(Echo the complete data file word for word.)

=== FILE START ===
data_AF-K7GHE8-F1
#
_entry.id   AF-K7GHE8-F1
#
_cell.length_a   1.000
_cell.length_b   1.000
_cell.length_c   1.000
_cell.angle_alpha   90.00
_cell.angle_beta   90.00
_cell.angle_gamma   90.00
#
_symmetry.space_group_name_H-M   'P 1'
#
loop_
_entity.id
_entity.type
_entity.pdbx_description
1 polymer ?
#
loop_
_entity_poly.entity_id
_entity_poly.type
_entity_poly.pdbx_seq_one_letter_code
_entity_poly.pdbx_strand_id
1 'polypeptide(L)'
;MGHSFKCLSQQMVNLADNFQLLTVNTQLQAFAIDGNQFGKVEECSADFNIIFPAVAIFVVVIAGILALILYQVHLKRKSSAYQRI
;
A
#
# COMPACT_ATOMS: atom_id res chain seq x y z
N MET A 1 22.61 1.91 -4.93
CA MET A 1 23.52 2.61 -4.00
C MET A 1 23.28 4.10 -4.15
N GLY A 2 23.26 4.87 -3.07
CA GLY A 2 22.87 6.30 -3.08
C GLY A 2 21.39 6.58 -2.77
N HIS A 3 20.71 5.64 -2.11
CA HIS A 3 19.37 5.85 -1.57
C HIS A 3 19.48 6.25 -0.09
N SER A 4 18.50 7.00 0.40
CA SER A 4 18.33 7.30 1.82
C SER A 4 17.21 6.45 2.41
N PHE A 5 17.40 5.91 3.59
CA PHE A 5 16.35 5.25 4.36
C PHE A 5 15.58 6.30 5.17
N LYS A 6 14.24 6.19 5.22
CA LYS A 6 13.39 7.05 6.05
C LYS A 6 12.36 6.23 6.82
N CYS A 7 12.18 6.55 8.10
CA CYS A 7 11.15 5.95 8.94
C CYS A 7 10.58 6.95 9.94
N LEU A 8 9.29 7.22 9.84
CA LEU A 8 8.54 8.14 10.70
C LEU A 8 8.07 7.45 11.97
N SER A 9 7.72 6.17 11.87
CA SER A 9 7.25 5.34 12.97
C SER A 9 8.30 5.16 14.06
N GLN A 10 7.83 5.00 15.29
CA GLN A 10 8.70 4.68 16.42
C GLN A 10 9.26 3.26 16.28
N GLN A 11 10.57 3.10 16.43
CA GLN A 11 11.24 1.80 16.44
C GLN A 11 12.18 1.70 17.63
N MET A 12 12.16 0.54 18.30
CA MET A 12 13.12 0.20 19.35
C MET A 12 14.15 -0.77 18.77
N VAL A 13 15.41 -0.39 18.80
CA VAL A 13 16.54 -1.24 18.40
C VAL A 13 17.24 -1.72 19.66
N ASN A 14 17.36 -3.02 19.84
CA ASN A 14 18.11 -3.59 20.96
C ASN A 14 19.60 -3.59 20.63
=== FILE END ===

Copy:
data_AF-K7GHE8-F1
#
_entry.id   AF-K7GHE8-F1
#
_cell.length_a   1.000
_cell.length_b   1.000
_cell.length_c   1.000
_cell.angle_alpha   90.00
_cell.angle_beta   90.00
_cell.angle_gamma   90.00
#
_symmetry.space_group_name_H-M   'P 1'
#
loop_
_entity.id
_entity.type
_entity.pdbx_description
1 polymer ?
#
loop_
_entity_poly.entity_id
_entity_poly.type
_entity_poly.pdbx_seq_one_letter_code
_entity_poly.pdbx_strand_id
1 'polypeptide(L)'
;MGHSFKCLSQQMVNLADNFQLLTVNTQLQAFAIDGNQFGKVEECSADFNIIFPAVAIFVVVIAGILALILYQVHLKRKSSAYQRI
;
A
#
# COMPACT_ATOMS: atom_id res chain seq x y z
N MET A 1 22.61 1.91 -4.93
CA MET A 1 23.52 2.61 -4.00
C MET A 1 23.28 4.10 -4.15
N GLY A 2 23.26 4.87 -3.07
CA GLY A 2 22.87 6.30 -3.08
C GLY A 2 21.39 6.58 -2.77
N HIS A 3 20.71 5.64 -2.11
CA HIS A 3 19.37 5.85 -1.57
C HIS A 3 19.48 6.25 -0.09
N SER A 4 18.50 7.00 0.40
CA SER A 4 18.33 7.30 1.82
C SER A 4 17.21 6.45 2.41
N PHE A 5 17.40 5.91 3.59
CA PHE A 5 16.35 5.25 4.36
C PHE A 5 15.58 6.30 5.17
N LYS A 6 14.24 6.19 5.22
CA LYS A 6 13.39 7.05 6.05
C LYS A 6 12.36 6.23 6.82
N CYS A 7 12.18 6.55 8.10
CA CYS A 7 11.15 5.95 8.94
C CYS A 7 10.58 6.95 9.94
N LEU A 8 9.29 7.22 9.84
CA LEU A 8 8.54 8.14 10.70
C LEU A 8 8.07 7.45 11.97
N SER A 9 7.72 6.17 11.87
CA SER A 9 7.25 5.34 12.97
C SER A 9 8.30 5.16 14.06
N GLN A 10 7.83 5.00 15.29
CA GLN A 10 8.70 4.68 16.42
C GLN A 10 9.26 3.26 16.28
N GLN A 11 10.57 3.10 16.43
CA GLN A 11 11.24 1.80 16.44
C GLN A 11 12.18 1.70 17.63
N MET A 12 12.16 0.54 18.30
CA MET A 12 13.12 0.20 19.35
C MET A 12 14.15 -0.77 18.77
N VAL A 13 15.41 -0.39 18.80
CA VAL A 13 16.54 -1.24 18.40
C VAL A 13 17.24 -1.72 19.66
N ASN A 14 17.36 -3.02 19.84
CA ASN A 14 18.11 -3.59 20.96
C ASN A 14 19.60 -3.59 20.63